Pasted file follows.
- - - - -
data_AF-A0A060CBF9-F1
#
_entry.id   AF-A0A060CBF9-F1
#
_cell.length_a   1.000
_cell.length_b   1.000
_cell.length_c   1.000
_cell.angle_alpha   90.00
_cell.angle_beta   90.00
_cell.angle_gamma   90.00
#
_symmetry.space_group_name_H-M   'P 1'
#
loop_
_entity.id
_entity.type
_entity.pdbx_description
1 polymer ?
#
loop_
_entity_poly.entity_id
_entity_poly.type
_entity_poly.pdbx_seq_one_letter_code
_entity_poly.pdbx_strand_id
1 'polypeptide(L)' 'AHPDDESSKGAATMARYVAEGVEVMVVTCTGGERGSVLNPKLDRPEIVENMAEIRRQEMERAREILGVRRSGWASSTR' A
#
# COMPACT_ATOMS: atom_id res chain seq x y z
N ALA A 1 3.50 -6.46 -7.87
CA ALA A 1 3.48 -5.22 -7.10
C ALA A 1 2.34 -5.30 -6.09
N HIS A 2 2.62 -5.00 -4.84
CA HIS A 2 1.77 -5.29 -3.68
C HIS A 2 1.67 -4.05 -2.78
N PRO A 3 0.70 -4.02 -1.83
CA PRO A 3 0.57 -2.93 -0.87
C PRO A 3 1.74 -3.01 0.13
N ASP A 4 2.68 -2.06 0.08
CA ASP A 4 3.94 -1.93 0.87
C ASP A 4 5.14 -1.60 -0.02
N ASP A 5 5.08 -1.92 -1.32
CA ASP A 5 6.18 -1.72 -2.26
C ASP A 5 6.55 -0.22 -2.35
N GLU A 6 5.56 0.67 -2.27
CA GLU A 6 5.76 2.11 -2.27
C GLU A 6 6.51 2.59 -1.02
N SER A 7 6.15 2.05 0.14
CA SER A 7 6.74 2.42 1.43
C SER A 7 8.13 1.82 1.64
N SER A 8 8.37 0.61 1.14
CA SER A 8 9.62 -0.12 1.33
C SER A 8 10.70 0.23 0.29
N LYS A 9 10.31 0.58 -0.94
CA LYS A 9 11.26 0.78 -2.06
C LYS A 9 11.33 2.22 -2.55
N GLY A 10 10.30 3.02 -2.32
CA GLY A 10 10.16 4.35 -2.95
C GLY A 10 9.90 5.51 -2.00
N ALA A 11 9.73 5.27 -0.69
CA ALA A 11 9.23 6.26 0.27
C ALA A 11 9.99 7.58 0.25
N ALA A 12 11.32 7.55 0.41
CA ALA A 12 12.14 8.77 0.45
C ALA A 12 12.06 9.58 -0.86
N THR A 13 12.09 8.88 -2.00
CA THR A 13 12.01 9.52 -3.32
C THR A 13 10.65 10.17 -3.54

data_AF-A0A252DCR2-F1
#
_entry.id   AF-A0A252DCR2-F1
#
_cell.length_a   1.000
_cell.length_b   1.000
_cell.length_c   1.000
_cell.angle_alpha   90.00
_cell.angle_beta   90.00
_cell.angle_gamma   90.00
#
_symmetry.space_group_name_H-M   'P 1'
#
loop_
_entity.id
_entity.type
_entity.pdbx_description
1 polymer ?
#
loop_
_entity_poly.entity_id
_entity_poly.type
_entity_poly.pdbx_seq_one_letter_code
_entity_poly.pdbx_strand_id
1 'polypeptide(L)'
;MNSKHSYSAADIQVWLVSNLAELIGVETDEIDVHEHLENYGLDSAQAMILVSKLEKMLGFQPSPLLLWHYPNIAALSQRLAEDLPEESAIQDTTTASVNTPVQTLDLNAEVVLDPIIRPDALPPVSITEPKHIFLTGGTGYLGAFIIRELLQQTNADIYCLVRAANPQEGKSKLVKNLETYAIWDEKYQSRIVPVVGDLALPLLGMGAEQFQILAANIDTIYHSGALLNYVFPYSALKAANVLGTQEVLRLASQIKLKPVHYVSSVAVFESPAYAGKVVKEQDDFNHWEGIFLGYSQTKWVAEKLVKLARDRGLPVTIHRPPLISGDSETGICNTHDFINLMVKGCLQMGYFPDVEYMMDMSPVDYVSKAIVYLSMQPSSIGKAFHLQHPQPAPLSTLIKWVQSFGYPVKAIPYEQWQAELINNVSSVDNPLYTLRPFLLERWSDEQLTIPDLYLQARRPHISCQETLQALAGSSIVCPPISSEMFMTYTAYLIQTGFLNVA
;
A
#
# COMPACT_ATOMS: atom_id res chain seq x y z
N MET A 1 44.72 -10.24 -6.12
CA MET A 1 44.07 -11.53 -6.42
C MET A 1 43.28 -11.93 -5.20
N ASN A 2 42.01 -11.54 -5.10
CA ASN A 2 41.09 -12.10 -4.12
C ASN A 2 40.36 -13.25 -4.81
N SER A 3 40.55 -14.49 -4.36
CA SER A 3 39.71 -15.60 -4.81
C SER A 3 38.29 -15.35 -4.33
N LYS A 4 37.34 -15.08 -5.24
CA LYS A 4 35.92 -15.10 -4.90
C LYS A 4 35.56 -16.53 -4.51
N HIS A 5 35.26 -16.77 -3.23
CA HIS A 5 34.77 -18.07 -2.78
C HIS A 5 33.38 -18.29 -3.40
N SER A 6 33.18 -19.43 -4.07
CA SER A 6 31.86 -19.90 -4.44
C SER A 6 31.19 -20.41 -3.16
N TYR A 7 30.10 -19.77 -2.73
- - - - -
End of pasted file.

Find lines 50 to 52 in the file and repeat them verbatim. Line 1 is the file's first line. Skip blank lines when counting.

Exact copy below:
CA SER A 8 9.62 -0.12 1.33
C SER A 8 10.70 0.23 0.29
N LYS A 9 10.31 0.58 -0.94